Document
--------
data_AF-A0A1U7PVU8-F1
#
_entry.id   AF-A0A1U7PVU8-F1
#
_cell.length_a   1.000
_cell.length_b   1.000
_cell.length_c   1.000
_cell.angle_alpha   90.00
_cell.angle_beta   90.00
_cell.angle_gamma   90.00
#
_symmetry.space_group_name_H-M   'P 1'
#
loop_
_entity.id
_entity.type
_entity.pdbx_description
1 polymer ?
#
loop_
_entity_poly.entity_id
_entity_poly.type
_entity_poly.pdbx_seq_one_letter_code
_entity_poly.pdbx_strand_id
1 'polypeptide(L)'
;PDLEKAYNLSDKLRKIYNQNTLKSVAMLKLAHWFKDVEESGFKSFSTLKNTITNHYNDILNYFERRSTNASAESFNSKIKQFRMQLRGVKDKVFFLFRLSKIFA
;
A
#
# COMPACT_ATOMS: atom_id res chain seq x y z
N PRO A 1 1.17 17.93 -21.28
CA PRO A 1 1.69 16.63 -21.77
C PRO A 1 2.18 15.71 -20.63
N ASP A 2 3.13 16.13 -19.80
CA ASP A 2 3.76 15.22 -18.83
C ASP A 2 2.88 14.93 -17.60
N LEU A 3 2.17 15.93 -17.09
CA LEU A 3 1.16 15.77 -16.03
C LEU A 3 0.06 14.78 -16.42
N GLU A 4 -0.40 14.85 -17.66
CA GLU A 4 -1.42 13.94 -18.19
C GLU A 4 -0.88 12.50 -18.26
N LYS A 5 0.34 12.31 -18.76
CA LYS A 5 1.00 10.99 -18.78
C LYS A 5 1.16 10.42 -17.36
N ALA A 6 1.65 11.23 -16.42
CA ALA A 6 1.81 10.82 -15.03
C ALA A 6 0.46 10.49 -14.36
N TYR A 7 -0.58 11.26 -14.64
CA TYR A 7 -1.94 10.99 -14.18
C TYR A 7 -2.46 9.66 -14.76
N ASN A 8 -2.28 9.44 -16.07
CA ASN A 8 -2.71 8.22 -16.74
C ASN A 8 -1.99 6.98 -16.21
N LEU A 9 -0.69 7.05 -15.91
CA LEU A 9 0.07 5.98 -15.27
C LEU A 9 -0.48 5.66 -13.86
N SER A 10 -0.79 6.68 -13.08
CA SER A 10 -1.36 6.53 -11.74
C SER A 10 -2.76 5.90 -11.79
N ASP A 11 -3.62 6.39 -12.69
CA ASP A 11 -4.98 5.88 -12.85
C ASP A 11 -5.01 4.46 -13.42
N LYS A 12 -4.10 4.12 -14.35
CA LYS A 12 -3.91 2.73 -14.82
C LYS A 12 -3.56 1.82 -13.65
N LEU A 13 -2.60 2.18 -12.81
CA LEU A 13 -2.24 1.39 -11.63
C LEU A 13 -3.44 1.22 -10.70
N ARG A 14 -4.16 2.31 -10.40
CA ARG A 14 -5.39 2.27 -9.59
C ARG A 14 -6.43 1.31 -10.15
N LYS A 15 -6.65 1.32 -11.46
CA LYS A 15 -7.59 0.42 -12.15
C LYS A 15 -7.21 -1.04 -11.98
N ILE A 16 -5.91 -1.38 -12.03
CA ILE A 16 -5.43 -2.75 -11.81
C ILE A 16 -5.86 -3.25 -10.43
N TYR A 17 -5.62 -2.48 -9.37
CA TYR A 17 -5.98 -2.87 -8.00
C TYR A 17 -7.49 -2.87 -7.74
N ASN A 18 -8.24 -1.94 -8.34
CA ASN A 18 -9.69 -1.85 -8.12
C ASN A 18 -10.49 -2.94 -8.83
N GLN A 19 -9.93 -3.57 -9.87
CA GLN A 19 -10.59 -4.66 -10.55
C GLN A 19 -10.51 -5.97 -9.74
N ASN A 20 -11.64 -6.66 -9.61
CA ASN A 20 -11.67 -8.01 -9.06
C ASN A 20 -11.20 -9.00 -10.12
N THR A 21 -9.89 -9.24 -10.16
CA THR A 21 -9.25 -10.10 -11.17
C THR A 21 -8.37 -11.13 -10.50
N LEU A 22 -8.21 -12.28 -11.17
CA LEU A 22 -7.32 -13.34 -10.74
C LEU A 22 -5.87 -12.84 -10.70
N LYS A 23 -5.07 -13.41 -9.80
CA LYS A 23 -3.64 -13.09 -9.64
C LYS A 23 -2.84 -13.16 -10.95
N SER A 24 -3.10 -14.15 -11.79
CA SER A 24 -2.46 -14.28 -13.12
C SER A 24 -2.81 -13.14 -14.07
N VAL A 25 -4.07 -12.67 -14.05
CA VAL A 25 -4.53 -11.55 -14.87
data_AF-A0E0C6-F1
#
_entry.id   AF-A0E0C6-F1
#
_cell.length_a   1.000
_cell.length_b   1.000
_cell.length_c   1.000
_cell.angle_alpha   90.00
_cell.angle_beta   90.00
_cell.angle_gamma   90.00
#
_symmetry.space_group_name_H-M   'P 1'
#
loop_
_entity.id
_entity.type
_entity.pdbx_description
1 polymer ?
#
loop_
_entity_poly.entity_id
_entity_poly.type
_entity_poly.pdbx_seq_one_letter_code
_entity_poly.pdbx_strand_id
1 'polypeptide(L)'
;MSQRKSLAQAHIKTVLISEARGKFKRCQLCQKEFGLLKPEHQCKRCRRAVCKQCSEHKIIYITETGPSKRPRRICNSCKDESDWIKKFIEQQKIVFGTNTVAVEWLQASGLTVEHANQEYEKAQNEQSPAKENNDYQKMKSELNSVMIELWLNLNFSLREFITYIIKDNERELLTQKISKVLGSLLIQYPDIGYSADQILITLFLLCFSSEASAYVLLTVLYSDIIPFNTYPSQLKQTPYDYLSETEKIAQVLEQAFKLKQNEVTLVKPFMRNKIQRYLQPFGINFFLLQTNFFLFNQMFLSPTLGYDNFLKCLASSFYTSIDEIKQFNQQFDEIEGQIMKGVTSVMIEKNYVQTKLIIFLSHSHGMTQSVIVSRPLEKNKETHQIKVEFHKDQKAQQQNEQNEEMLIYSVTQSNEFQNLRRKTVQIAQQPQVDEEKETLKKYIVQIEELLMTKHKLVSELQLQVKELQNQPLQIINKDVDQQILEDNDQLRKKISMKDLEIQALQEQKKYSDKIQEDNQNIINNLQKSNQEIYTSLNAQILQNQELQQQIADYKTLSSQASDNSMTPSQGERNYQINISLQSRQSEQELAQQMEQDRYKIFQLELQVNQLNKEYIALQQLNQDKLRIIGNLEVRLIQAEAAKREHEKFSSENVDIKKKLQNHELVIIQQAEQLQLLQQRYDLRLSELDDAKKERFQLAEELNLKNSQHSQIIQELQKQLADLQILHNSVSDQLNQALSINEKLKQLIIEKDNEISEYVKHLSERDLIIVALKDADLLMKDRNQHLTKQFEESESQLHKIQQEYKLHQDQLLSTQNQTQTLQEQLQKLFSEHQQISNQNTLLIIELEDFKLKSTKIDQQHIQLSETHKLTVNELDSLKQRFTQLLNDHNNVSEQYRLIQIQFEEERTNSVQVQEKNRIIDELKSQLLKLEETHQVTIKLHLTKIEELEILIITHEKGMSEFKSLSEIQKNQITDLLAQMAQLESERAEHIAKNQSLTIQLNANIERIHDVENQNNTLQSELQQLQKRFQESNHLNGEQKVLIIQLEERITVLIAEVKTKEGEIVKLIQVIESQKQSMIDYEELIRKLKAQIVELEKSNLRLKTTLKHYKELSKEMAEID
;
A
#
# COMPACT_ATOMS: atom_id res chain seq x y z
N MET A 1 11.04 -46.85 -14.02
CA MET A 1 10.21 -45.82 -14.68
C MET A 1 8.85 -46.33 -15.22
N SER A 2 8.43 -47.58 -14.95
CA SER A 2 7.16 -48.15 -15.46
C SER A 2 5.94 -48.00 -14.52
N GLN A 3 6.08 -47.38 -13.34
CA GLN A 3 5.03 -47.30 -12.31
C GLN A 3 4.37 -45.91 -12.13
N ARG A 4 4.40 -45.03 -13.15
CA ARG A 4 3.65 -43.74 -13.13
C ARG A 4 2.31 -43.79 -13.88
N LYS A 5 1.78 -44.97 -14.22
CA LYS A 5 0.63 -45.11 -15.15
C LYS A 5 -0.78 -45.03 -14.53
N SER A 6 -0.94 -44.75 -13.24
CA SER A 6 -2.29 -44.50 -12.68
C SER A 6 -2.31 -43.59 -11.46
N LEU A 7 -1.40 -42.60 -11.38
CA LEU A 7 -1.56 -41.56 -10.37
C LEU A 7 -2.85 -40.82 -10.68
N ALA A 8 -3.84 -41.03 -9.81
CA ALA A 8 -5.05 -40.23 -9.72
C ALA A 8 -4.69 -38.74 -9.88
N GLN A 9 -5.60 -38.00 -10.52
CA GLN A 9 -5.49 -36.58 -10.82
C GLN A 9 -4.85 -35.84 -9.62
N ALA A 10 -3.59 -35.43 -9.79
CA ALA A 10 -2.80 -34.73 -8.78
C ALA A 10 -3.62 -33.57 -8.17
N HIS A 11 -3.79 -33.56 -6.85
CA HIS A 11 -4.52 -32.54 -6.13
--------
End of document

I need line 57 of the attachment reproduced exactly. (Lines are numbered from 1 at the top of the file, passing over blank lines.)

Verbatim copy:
C LEU A 9 -0.48 5.66 -13.86